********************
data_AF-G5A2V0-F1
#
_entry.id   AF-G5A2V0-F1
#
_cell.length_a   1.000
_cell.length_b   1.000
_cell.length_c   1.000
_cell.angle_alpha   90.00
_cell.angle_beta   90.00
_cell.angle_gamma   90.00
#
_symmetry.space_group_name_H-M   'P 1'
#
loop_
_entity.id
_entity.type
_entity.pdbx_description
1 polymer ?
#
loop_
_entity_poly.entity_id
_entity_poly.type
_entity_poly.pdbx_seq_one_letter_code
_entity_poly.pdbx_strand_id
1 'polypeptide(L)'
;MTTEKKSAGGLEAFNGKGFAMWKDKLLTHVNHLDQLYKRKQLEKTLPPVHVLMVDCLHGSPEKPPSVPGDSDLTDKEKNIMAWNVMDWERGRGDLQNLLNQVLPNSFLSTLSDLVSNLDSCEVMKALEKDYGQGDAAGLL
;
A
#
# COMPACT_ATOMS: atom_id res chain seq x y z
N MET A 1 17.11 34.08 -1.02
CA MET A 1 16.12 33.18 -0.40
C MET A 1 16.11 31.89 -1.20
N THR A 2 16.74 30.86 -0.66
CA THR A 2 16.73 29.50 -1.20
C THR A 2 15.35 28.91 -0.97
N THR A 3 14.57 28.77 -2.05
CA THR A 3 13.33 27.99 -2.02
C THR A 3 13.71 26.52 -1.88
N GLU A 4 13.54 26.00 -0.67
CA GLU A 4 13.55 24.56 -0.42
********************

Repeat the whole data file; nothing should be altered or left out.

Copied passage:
data_AF-G5A2V0-F1
#
_entry.id   AF-G5A2V0-F1
#
_cell.length_a   1.000
_cell.length_b   1.000
_cell.length_c   1.000
_cell.angle_alpha   90.00
_cell.angle_beta   90.00
_cell.angle_gamma   90.00
#
_symmetry.space_group_name_H-M   'P 1'
#
loop_
_entity.id
_entity.type
_entity.pdbx_description
1 polymer ?
#
loop_
_entity_poly.entity_id
_entity_poly.type
_entity_poly.pdbx_seq_one_letter_code
_entity_poly.pdbx_strand_id
1 'polypeptide(L)'
;MTTEKKSAGGLEAFNGKGFAMWKDKLLTHVNHLDQLYKRKQLEKTLPPVHVLMVDCLHGSPEKPPSVPGDSDLTDKEKNIMAWNVMDWERGRGDLQNLLNQVLPNSFLSTLSDLVSNLDSCEVMKALEKDYGQGDAAGLL
;
A
#
# COMPACT_ATOMS: atom_id res chain seq x y z
N MET A 1 17.11 34.08 -1.02
CA MET A 1 16.12 33.18 -0.40
C MET A 1 16.11 31.89 -1.20
N THR A 2 16.74 30.86 -0.66
CA THR A 2 16.73 29.50 -1.20
C THR A 2 15.35 28.91 -0.97
N THR A 3 14.57 28.77 -2.05
CA THR A 3 13.33 27.99 -2.02
C THR A 3 13.71 26.52 -1.88
N GLU A 4 13.54 26.00 -0.67
CA GLU A 4 13.55 24.56 -0.42